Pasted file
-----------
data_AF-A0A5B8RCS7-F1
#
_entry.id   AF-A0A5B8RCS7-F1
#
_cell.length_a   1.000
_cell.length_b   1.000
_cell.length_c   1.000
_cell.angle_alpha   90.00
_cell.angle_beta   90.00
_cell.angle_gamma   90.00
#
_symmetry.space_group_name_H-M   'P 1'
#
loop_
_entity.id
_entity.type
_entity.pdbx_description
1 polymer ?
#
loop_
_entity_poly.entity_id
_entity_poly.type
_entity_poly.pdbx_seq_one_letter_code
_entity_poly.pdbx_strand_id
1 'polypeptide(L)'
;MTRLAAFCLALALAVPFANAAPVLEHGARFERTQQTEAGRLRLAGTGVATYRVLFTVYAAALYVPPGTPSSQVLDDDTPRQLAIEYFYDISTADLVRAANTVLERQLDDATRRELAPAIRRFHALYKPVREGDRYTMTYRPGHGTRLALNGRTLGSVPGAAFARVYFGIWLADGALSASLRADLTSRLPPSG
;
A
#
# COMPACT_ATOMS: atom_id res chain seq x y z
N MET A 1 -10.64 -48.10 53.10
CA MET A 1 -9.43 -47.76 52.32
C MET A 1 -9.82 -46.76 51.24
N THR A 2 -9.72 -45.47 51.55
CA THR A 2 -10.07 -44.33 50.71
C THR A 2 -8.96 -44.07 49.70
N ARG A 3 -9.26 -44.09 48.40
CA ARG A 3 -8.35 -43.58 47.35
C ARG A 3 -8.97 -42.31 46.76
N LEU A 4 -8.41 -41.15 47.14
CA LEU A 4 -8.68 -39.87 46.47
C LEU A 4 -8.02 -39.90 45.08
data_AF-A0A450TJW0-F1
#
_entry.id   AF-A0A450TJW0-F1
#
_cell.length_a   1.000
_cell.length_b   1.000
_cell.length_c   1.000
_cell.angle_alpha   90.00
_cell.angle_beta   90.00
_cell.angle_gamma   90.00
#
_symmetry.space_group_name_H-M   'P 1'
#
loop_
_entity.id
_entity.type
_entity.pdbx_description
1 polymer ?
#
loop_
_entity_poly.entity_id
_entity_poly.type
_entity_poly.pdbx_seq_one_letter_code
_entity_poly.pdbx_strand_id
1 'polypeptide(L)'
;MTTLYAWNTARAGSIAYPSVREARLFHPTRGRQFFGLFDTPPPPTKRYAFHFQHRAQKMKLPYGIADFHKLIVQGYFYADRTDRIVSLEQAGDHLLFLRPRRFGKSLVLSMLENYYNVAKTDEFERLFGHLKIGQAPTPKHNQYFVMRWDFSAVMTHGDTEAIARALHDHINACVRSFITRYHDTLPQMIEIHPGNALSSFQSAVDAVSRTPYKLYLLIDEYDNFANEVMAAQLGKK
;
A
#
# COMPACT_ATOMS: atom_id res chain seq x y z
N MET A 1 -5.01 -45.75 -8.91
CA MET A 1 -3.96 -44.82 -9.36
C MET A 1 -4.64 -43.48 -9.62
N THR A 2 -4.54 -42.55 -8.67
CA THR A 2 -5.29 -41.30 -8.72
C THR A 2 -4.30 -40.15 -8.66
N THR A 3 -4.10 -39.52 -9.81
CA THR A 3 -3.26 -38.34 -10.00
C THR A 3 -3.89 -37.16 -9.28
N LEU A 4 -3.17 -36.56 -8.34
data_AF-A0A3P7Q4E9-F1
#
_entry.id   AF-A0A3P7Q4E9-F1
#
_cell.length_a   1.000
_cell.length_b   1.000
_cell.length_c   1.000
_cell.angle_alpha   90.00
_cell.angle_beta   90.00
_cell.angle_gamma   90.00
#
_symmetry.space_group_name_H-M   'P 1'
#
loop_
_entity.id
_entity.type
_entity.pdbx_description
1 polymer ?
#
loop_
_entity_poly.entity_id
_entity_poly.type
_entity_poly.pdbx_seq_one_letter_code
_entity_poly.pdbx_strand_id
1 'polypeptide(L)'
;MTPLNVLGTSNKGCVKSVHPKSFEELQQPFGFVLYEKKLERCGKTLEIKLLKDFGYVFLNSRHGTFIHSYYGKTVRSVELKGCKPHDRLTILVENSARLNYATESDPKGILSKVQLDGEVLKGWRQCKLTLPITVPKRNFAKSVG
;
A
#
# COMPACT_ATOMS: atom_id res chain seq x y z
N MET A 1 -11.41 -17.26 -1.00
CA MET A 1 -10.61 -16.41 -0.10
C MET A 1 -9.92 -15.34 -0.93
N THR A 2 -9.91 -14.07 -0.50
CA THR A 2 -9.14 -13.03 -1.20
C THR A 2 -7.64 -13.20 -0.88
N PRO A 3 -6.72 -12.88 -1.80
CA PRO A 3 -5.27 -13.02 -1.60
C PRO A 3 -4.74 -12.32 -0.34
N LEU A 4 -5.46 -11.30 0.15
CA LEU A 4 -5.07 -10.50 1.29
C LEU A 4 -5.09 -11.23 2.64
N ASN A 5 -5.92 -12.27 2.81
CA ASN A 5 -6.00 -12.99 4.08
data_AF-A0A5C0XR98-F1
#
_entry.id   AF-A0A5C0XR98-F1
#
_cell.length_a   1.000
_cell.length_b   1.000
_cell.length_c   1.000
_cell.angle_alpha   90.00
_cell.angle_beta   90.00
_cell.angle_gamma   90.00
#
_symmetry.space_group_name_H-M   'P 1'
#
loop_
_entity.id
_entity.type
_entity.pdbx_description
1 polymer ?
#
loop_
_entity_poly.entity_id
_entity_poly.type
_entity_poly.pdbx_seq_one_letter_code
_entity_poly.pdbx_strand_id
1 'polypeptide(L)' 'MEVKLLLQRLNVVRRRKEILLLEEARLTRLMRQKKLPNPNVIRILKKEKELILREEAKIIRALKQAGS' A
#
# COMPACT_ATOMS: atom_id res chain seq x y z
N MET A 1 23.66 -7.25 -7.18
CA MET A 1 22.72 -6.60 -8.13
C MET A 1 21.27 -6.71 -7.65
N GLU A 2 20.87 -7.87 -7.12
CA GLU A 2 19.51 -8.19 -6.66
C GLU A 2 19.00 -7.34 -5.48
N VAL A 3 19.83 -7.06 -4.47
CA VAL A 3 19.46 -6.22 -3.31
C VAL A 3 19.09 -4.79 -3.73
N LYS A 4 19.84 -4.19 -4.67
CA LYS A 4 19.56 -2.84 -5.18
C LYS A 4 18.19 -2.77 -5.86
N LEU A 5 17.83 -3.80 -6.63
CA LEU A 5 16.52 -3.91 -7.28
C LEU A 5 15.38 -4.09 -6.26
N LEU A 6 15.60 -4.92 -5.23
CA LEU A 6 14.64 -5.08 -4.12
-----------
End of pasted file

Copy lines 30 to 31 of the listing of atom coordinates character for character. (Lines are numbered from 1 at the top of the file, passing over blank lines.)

# COMPACT_ATOMS: atom_id res chain seq x y z
N MET A 1 -10.64 -48.10 53.10